Locked in an intense duel with social media giant Facebook at home, Australian Prime Minister Scott Morrison has confirmed that he has discussed "the situation" with his Indian counterpart Narendra Modi as the world is eagerly watching "what Australia is doing".
The call followed the introduction of a landmark law in the Australian parliament, which will force social media platforms to pay Australian media for news content published on their platforms. The move has evoked a mixed response from the goliaths of the digital world. While Google said it is working out a deal with major Australian media organisations such as Rupert Murdoch’s News Corp, Facebook announced Thursday that it is restricting the availability of news on Facebook in Australia after working closely on regulation with the Australian government for the last three years.
Morrison described the move as a threat.
"They may be changing the world, but that doesn't mean they should run it," the Australian PM posted on Facebook adding that the social media platform's move to "unfriend Australia" would "confirm the concerns that an increasing number of countries are expressing about the behaviour of BigTech companies who think they are bigger than governments and that the rules should not apply to them."
It is likely that India, which is fighting its own battles with the oligarchs of the social media would have responded sympathetically to Morrison's angst.
Last week, India's Information Technology Minister Ravi Shankar Prasad had told Rajya Sabha that action could be taken against various social media platforms if they are found spreading fake news, inciting violence or flouting Indian laws.
"There is freedom of speech but Article 19A says that this is subject to reasonable restrictions. We respect social media a lot, it has empowered common people. Social media has a big role in the Digital India programme. However, if social media are misused to spread fake news and violence, then action will be taken on the misuse of social media in India whether Twitter or else," said Prasad.
The Indian government has already expressed its displeasure to Twitter after it "unwillingly, grudgingly and with great delay complied with the substantial parts" on its order to remove certain tweets amid the ongoing farmers' protests.
"When Capitol Hill in Washington was ransacked and police administration took action, some micro blogging companies stood in support of them. But when the iconic Red Fort in Delhi was attacked, they behaved differently. Such double standard is unacceptable," Prasad had said in the parliament.
During their telecon, Morrison and Modi shared their thoughts on taking those social media platforms on which aren't adhering to the rules, regulations and constitution of the respective countries.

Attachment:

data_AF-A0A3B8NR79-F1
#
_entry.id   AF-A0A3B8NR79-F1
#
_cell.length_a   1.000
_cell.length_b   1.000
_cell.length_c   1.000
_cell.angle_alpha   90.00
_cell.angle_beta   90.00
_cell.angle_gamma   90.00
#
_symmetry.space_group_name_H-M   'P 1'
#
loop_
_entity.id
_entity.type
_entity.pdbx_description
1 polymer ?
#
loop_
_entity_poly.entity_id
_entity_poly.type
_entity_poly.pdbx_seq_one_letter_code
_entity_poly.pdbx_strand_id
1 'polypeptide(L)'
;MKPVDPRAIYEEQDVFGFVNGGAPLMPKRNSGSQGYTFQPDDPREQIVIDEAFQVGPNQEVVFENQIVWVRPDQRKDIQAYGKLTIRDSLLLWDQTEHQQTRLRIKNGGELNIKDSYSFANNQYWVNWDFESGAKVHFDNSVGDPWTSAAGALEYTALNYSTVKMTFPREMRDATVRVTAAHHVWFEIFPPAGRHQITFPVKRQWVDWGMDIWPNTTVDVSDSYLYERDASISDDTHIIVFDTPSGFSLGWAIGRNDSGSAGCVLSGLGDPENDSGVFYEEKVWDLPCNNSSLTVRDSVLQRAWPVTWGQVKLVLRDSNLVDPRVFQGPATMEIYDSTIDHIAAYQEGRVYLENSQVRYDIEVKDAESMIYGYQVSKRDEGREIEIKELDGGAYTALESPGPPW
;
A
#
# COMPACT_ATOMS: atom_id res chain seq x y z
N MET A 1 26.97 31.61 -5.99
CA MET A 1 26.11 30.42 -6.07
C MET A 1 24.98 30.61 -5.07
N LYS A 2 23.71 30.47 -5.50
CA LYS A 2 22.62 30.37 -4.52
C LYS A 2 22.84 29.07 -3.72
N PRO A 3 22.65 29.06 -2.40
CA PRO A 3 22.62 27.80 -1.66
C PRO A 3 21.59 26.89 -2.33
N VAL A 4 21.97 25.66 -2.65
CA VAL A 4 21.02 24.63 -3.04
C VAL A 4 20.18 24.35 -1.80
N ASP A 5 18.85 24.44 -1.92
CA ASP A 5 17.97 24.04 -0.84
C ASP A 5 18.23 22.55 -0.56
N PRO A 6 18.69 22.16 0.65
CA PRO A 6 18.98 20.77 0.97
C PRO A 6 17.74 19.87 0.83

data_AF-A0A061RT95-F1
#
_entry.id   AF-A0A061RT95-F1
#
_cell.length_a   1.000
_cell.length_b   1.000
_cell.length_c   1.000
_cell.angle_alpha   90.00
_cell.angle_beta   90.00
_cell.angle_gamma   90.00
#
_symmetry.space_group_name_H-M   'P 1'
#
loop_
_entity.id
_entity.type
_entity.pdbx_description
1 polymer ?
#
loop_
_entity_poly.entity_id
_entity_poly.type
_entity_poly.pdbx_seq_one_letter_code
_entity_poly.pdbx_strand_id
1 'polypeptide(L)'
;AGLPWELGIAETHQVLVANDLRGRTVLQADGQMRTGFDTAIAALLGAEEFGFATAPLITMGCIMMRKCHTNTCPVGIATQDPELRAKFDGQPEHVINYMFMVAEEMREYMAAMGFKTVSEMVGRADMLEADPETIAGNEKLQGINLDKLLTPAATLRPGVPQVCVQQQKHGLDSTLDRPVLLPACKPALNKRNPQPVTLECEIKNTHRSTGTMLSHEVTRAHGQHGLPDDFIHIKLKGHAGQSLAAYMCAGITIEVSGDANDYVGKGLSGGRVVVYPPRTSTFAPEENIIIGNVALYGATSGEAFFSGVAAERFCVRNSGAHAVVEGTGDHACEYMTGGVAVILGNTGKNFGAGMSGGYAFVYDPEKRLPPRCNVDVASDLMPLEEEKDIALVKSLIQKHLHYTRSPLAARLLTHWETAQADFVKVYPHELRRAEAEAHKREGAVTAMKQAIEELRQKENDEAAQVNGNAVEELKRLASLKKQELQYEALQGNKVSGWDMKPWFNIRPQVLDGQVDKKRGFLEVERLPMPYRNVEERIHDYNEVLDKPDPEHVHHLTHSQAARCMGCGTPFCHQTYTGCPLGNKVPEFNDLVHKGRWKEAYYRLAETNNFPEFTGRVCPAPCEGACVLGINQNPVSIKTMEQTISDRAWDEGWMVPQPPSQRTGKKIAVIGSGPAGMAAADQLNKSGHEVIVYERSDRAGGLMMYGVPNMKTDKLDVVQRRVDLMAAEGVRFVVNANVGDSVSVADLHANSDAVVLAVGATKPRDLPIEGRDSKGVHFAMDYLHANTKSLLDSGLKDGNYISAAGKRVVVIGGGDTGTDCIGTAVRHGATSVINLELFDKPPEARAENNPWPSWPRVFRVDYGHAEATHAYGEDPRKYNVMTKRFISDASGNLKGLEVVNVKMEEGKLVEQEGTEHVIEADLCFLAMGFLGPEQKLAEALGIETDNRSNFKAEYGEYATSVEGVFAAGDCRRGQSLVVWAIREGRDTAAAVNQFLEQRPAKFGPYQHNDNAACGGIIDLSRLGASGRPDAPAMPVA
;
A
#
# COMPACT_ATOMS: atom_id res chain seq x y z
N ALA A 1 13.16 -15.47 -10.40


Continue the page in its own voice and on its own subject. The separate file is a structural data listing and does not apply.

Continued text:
"Great to talk to my good friend PM @narendramodi again. As Comprehensive Strategic Partners, we can work together on common challenges incl #COVID19, the circular economy, oceans & an open, secure and prosperous Indo-Pacific. We also discussed progress of our media platform bill," Morrison tweeted today.
Modi-Morrison talk happened just before Australian Minister for Foreign Affairs Marise Ann Payne, Japanese Foreign Minister Toshimitsu Motegi, US Secretary of State Antony Blinken and India's External Affairs Minister S Jaishankar got into a huddle virtually, highlighting their shared attributes as political democracies during the third India-Australia-Japan-USA Quad Ministerial Meeting Thursday evening.
"Spoke with my good friend PM @ScottMorrisonMP today. Reiterated our commitment to consolidating our Comprehensive Strategic Partnership. Also discussed regional issues of common interest. Look forward to
working together for peace, prosperity and security in the Indo-Pacific," the Indian PM tweeted.
Today, while speaking during the valedictory function of India-Australia Circular Economy Hackathon, Modi said that the strong India-Australia partnership will play an important role in shaping the post-Covid world.
"And our youth, our young innovators, our startups, will be at the forefront of this partnership. I have full confidence in the energy, creativity and out-of-box thinking of our youth. They can offer sustainable, holistic solutions to not just our two countries but to the whole world," he said in address.
Facebook, Google and Twitter are facing a tough time all over the world, including the US where the tech giants are due to face a new House hearing next month, over the misinformation and fake news plaguing their online platforms.
Earlier this week, Italy’s Competition and Market Authority had fined Facebook seven million euros for failing to comply with a 2018 order to change its data handling practices.
In 2019, the company had been fined 1.2 billion Hungarian forints by Hungary's competition authority for falsely advertising its services as being free on its landing page and help center.